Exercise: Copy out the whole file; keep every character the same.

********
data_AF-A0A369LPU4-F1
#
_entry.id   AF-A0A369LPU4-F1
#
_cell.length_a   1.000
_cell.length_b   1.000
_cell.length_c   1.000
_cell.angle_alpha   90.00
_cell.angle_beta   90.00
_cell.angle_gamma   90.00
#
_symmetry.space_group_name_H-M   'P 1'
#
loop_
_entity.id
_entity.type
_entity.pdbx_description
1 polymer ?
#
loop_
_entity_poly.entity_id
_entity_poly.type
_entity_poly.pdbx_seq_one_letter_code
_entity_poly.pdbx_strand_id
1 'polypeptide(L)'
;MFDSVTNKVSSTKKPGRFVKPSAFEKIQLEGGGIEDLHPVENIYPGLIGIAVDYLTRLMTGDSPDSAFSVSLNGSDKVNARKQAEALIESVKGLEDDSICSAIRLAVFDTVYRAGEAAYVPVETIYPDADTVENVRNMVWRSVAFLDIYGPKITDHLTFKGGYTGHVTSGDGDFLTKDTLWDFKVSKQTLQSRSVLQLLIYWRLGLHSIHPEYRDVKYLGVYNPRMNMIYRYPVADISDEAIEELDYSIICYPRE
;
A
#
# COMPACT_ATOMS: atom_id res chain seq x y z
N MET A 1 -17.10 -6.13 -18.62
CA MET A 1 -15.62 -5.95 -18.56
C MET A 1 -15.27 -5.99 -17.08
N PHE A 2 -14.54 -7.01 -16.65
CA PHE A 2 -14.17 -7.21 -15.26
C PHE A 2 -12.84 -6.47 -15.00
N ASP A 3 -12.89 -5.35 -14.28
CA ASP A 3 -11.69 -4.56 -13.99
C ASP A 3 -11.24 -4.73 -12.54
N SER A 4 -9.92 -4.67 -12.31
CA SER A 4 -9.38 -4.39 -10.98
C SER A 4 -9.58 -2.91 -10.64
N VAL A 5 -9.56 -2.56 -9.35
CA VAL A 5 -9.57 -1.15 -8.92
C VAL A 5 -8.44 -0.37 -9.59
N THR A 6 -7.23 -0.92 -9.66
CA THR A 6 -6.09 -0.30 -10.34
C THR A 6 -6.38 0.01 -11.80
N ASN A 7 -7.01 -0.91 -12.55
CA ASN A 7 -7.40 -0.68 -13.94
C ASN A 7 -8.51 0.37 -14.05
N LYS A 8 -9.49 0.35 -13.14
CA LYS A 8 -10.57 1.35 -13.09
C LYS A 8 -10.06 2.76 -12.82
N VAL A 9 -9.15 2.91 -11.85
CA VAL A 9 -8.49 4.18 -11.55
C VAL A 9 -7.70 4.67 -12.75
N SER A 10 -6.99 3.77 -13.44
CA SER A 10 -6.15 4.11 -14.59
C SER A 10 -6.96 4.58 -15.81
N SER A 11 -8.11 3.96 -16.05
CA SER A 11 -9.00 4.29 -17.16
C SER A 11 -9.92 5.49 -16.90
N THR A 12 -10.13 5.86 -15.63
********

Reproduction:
data_AF-A0A369LPU4-F1
#
_entry.id   AF-A0A369LPU4-F1
#
_cell.length_a   1.000
_cell.length_b   1.000
_cell.length_c   1.000
_cell.angle_alpha   90.00
_cell.angle_beta   90.00
_cell.angle_gamma   90.00
#
_symmetry.space_group_name_H-M   'P 1'
#
loop_
_entity.id
_entity.type
_entity.pdbx_description
1 polymer ?
#
loop_
_entity_poly.entity_id
_entity_poly.type
_entity_poly.pdbx_seq_one_letter_code
_entity_poly.pdbx_strand_id
1 'polypeptide(L)'
;MFDSVTNKVSSTKKPGRFVKPSAFEKIQLEGGGIEDLHPVENIYPGLIGIAVDYLTRLMTGDSPDSAFSVSLNGSDKVNARKQAEALIESVKGLEDDSICSAIRLAVFDTVYRAGEAAYVPVETIYPDADTVENVRNMVWRSVAFLDIYGPKITDHLTFKGGYTGHVTSGDGDFLTKDTLWDFKVSKQTLQSRSVLQLLIYWRLGLHSIHPEYRDVKYLGVYNPRMNMIYRYPVADISDEAIEELDYSIICYPRE
;
A
#
# COMPACT_ATOMS: atom_id res chain seq x y z
N MET A 1 -17.10 -6.13 -18.62
CA MET A 1 -15.62 -5.95 -18.56
C MET A 1 -15.27 -5.99 -17.08
N PHE A 2 -14.54 -7.01 -16.65
CA PHE A 2 -14.17 -7.21 -15.26
C PHE A 2 -12.84 -6.47 -15.00
N ASP A 3 -12.89 -5.35 -14.28
CA ASP A 3 -11.69 -4.56 -13.99
C ASP A 3 -11.24 -4.73 -12.54
N SER A 4 -9.92 -4.67 -12.31
CA SER A 4 -9.38 -4.39 -10.98
C SER A 4 -9.58 -2.91 -10.64
N VAL A 5 -9.56 -2.56 -9.35
CA VAL A 5 -9.57 -1.15 -8.92
C VAL A 5 -8.44 -0.37 -9.59
N THR A 6 -7.23 -0.92 -9.66
CA THR A 6 -6.09 -0.30 -10.34
C THR A 6 -6.38 0.01 -11.80
N ASN A 7 -7.01 -0.91 -12.55
CA ASN A 7 -7.40 -0.68 -13.94
C ASN A 7 -8.51 0.37 -14.05
N LYS A 8 -9.49 0.35 -13.14
CA LYS A 8 -10.57 1.35 -13.09
C LYS A 8 -10.06 2.76 -12.82
N VAL A 9 -9.15 2.91 -11.85
CA VAL A 9 -8.49 4.18 -11.55
C VAL A 9 -7.70 4.67 -12.75
N SER A 10 -6.99 3.77 -13.44
CA SER A 10 -6.15 4.11 -14.59
C SER A 10 -6.96 4.58 -15.81
N SER A 11 -8.11 3.96 -16.05
CA SER A 11 -9.00 4.29 -17.16
C SER A 11 -9.92 5.49 -16.90
N THR A 12 -10.13 5.86 -15.63